North Dakota’s Industrial Commission (IC) is in the midst of a year-long process to review and update its rules for oil and natural gas permitting, including seeking to better define "interested parties" who are given legal standing in that process.

Four days of public hearings on proposed rule changes will be held April 11-14 in Bismarck, Dickinson, Williston and Minot.

While industry and regulators at the Department of Mineral Resources (DMR) are generally supportive of efforts to modernize rules, critics are opposing the effort as a hidden attempt to restrict public participation in the oil/gas permitting process.

They contend the proposed changes could severely limit public participation in oil and gas issues. Marvin Nelson, a Democratic state lawmaker and candidate for governor, has said it would define an “interested party” in oil and gas statutes as a landowner or property manager.

“Years ago, people were required to own land to vote, and we thought those days were past,” Nelson said. “Now, the IC says people can’t even comment without owning land.”

A DMR spokesperson said the proposed changes are being mischaracterized.

"This in no way is looking to restrict who can comment at hearings," said DMR's Alison Ritter. "This is merely about drafting a definition of 'interested party,' which is a term used many times in the oil and gas century code and administrative code but has yet to be defined."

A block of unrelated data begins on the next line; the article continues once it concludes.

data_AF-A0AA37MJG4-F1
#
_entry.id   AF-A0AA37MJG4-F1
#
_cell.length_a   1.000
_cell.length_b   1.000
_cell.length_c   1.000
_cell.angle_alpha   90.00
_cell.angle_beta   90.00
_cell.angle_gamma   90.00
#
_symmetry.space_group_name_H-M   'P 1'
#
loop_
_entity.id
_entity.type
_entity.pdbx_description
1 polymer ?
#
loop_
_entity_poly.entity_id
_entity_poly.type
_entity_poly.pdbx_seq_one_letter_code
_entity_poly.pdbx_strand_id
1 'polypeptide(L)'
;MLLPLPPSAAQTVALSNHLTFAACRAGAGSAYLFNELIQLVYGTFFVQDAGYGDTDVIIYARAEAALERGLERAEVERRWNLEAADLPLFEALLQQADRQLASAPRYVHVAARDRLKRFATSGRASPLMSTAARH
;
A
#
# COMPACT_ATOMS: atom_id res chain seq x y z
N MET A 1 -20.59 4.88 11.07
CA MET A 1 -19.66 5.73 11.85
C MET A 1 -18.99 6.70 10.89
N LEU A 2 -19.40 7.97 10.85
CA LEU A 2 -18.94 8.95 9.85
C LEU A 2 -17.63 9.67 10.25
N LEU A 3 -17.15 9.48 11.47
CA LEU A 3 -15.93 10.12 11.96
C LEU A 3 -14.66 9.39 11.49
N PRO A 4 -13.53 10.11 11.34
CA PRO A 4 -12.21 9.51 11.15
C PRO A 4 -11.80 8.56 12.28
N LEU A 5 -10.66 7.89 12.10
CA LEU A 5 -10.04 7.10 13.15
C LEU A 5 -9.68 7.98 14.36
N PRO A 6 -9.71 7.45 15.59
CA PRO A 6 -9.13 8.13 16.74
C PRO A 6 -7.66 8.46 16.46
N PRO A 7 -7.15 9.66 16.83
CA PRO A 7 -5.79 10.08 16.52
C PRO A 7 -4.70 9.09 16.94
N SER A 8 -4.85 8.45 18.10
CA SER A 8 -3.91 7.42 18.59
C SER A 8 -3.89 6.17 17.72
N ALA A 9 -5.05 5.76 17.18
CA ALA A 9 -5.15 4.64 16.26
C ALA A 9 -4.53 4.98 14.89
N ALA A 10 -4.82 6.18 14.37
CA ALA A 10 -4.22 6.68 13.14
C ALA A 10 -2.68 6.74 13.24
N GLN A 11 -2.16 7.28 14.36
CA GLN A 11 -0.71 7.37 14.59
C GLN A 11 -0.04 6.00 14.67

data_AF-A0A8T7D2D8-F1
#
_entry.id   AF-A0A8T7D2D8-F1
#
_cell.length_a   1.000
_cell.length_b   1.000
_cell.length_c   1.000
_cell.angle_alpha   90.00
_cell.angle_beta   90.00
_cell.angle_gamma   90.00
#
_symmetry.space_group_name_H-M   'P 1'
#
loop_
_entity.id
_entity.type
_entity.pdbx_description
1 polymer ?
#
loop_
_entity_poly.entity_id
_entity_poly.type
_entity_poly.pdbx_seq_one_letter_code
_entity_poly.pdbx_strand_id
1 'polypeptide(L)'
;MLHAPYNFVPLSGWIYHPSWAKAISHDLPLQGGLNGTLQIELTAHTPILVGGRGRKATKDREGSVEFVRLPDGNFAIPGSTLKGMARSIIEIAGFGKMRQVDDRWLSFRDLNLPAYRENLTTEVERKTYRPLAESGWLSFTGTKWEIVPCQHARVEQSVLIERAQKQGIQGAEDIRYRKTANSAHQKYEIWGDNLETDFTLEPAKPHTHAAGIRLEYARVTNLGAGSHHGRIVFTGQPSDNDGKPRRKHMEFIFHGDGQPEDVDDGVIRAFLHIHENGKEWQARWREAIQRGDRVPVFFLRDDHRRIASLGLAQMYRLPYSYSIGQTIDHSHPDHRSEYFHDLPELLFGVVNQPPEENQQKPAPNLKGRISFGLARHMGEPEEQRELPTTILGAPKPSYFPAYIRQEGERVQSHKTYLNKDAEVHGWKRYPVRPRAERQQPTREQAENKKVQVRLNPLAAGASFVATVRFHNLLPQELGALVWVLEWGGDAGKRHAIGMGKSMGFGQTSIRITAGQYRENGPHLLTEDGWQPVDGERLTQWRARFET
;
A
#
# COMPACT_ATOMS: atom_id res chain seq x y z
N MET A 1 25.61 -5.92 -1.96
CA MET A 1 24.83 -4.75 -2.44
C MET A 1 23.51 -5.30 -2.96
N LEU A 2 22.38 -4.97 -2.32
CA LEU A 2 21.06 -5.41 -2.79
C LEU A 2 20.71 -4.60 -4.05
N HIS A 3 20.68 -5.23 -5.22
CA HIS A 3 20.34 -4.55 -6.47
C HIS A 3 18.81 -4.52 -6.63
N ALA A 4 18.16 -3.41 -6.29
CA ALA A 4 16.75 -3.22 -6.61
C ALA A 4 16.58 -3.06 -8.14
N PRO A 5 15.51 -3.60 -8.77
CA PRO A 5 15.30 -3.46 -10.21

The proposed definition says, “Interested party means an individual or number of individuals that have a property ownership or management interest in or adjacent to the subject matter.” Critics, like Nelson, argued that the policy change would prevent North Dakotans from commenting on oil and gas proposals that affect the state’s land, water and air. Ritter said the state is only seeking something workable.

She told NGI's Shale Daily that the issue of who has standing during hearings goes back a long way and is not just a present-day issue. The definition was drafted by DMR's Oil and Gas Division, Ritter said.

One of three IC members, Attorney General Wayne Stenehjem, a Republican candidate for governor, said the definition is only a proposal and the commission has not taken a stance on it. “I favor a wide and robust public involvement when the government is taking any kind of action,” Stenehjem told local news media. The governor and agricultural commissioner are the other two IC members.

Many of the other proposed rules under consideration deal with adding stronger regulations for gathering pipelines and saltwater handling facilities. Critics, such as Nelson and various conservation groups, have little or no objection to them.

The full proposal, details about the public hearings and information about how to submit comments can be found at Written comments will be accepted through April 26.

After the comment period closes, final language will be drafted. Rules will then be sent to the attorney general for a legal opinion (tentatively in June) prior to the final proposal being presented to the IC for approval (tentatively in July) and then filed with state Legislative Council for approval by its administrative rules committee sometime in September. At that pace, final rules could be in place Oct. 1.